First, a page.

Applied Game Theory in Business Analytics

Applied Game Theory in Business Analytics

William P. Fox (Naval Postgraduate School, USA)
Copyright: © 2014 |Pages: 12
DOI: 10.4018/978-1-4666-5202-6.ch016
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In this chapter we introduce the concept of game theory and its use as a decision making tool in a competitive situation among players. We define and describe some different types of games and solution methodologies. We present the assumptions regarding these different types of game. We define and represent the different types of games between two players as either total conflict or partial conflict. We present solution techniques to both total conflict and partial conflict games. We present both pure strategy and mixed strategy solutions. We discuss the Nash equilibrium.
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Conflict has been a central theme in human history. Conflict arises when two or more individuals with different views, goals, or aspirations compete to control the course of future events. Game theory studies competition. It uses mathematics and mathematical tools to study situations in which rational players are involved in conflict both with and without cooperation. According to Weins (2003), game theory studies situations in which parties compete, and also possibly cooperate, to influence the outcome of the parties' interaction to each party's advantage. The situation involves conflict between the participants called players because some outcomes favor one player at the possible expense of the other players. What each player obtains from a particular outcome is called the player's pay-off. Each player can choose among a number of strategies to influence his pay-off. However, each player's pay-off depends on the other players' choices. According to Straffin (2004) rational players desire to maximize their own payoffs. Game theory is a branch of applied mathematics that is used in the social sciences (most notably in economics), business, biology, decision sciences, engineering, political science, international relations, operations research, applied mathematics, computer science, and philosophy. Game theory mathematically captures behavior in strategic situations in which an individual’s success in making choices depends on the choices of others. Although initially developed to analyze competitions in which one individual does better at another’s expense, game theory has grown to treat a wide class of interactions among players in competition.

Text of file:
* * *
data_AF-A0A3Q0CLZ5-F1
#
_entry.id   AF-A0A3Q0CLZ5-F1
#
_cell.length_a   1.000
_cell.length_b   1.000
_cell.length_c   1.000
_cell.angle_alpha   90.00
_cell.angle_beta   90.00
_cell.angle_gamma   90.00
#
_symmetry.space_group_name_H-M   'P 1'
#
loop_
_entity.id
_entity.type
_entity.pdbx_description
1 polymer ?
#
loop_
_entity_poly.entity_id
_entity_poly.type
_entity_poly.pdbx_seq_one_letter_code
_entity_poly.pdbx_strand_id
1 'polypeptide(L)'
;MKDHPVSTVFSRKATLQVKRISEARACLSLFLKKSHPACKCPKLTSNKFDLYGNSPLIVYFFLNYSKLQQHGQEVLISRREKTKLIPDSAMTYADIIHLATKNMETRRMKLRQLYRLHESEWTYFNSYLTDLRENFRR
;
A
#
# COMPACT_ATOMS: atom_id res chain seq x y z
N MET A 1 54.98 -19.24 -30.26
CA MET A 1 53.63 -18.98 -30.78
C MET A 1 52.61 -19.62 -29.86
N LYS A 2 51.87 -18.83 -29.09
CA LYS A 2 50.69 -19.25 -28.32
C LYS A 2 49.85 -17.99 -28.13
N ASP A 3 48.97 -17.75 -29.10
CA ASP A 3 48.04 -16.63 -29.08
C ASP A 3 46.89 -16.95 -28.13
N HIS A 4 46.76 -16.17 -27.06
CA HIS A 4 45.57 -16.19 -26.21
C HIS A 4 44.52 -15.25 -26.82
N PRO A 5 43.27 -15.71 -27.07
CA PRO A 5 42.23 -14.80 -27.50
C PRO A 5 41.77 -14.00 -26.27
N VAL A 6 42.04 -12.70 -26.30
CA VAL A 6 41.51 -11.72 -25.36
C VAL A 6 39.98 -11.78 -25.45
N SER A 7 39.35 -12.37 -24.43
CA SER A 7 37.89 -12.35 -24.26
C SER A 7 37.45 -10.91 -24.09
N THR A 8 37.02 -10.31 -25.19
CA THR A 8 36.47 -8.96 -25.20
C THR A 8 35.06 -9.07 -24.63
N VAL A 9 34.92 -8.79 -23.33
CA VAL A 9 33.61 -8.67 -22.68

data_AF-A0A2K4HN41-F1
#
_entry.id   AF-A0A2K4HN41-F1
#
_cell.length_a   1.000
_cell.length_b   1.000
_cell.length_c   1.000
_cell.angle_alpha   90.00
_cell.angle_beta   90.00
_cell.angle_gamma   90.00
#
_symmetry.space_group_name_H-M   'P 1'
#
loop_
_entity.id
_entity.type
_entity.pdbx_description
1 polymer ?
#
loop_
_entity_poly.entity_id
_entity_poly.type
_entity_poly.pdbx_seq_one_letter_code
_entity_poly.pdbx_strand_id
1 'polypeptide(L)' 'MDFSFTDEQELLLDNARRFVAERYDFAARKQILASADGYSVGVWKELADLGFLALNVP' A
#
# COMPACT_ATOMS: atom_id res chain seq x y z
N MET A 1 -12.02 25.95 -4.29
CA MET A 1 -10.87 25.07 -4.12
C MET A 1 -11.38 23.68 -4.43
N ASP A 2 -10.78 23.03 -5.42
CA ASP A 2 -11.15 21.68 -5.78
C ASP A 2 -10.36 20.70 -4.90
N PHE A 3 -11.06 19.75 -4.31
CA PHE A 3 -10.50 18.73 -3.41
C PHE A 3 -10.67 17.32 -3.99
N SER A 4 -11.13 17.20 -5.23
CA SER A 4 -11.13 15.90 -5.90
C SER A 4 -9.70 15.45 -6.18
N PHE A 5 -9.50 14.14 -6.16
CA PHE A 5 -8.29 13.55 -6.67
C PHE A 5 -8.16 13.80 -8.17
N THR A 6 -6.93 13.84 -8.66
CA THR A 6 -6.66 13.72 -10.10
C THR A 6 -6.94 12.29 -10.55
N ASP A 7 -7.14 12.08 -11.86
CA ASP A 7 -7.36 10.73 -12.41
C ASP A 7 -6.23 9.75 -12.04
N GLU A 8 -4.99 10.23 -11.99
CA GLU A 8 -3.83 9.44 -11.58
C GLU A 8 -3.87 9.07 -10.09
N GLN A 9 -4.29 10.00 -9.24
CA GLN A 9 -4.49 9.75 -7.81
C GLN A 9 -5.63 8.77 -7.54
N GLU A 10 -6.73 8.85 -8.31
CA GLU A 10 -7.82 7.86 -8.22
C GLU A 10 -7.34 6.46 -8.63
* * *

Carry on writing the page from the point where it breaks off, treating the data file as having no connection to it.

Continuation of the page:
Key Terms in this Chapter

Game Theory: The study of competitive games between two or more players each having multiple strategies they might play.

Nash Equilibrium: It is a solution concept of a game involving two or more players, in which each player is assumed to know the equilibrium strategies of the other players, and no player has anything to gain by changing only his own strategy unilaterally.

Dominance: A strategy A dominates a strategy B if every outcome in A is at least as good as the corresponding outcome in B . A player should never play a dominated strategy.

Pure Strategy: A course of action available to a player.

Movement Diagrams: For total conflict games in each row, draw an arrow from an entry to the smallest entry in that row. In each column, draw arrows to the largest entry in each column. When all arrows point to a payoff (or payoffs), these payoffs describe the pure Nash equilibrium.

Partial Conflict Game: A game between two or more players where the sum of the payoffs for each pair of strategies are not always equal to 0 or 100.

Total Conflict Game: A game between two or more players where the sum of the payoffs for each pair of strategies are always equal to 0 or 100.

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